Sulking David Cameron can’t forgive the Daily Mail editor, Paul Dacre, for his role in his downfall. The unrelenting hostility of the self-appointed voice of Middle England to the Remain cause felt pivotal to the defeat. So, what a glorious coincidence it was that they found themselves picnicking a couple of motors apart before England beat Scotland at Twickenham. My snout recalled Cameron studiously peering in the opposite direction. On Dacre’s face was the smile of an assassin. Revenge is a dish best served cold from a wicker hamper.

The good news is that since Jeremy Corbyn let Theresa May off the Budget hook at Prime Minister’s Questions, most of his MPs no longer hate him. The bad news is that many now openly express their pity. It is whispered that Corbyn’s office made it clear that he didn’t wish to sit next to Tony Blair at the unveiling of the Iraq and Afghanistan war memorial in London. His desire for distance was probably reciprocated, as Comrade Corbyn wanted Brigadier Blair to be charged with war crimes. Fighting old battles is easier than beating the Tories.

Brexit is a ticket to travel. The Independent Parliamentary Standards Authority is lifting its three-trip cap on funded journeys to Europe for MPs. The idea of paying for as many cross-Channel visits as a politician can enjoy reminds me of Denis MacShane. Under the old limits, he ended up in the clink for fiddling accounts to fund his Continental missionary work. If the new rule was applied retrospectively, perhaps the former Labour minister should be entitled to get his seat back and compensation?

The word in Ukip is that Paul Nuttall, OBE VC KG – the ridiculed former Premier League professional footballer and England 1966 World Cup winner – has cold feet after his Stoke mauling about standing in a by-election in Leigh (assuming that Andy Burnham is elected mayor of Greater Manchester in May). The electorate already knows his Walter Mitty act too well.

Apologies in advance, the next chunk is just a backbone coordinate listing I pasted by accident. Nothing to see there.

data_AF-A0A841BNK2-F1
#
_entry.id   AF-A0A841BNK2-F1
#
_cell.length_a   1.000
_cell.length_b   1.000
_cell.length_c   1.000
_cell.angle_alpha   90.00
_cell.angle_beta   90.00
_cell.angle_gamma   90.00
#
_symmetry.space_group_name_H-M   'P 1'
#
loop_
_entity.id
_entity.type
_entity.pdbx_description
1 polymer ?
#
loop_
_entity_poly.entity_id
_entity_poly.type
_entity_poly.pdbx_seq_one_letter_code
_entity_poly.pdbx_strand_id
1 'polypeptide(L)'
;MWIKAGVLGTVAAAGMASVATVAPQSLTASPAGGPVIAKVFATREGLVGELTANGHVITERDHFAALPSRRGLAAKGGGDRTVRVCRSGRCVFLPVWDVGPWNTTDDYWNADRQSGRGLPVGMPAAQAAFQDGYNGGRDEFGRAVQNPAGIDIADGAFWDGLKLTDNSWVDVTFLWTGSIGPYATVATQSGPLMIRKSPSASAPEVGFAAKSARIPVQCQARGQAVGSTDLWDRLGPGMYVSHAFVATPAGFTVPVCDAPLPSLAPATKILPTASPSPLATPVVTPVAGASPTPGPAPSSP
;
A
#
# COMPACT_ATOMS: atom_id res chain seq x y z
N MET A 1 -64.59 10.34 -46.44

A senior Labour MP, who demanded anonymity, revealed that she had received a letter after Leicester’s Keith Vaz paid men to entertain him. Vaz had posed as Jim the washing machine man. Why, asked the complainant, wasn’t this second job listed in the register of members’ interests? She’s avoiding writing a reply.

Years ago, this column unearthed and ridiculed the early journalism of George Osborne, who must be the least qualified newspaper editor in history. The cabinet lackey Ben “Selwyn” Gummer’s feeble intervention in the Osborne debate has put him on our radar. We are now watching him and will be reporting back. My snouts are already unearthing interesting information.

Kevin Maguire is the associate editor (politics) of the Daily Mirror

Kevin Maguire is Associate Editor (Politics) on the Daily Mirror and author of our Commons Confidential column on the high politics and low life in Westminster. An award-winning journalist, he is in frequent demand on television and radio and co-authored a book on great parliamentary scandals. He was formerly Chief Reporter on the Guardian and Labour Correspondent on the Daily Telegraph.

This article first appeared in the 23 March 2017 issue of the New Statesman, Trump's permanent revolution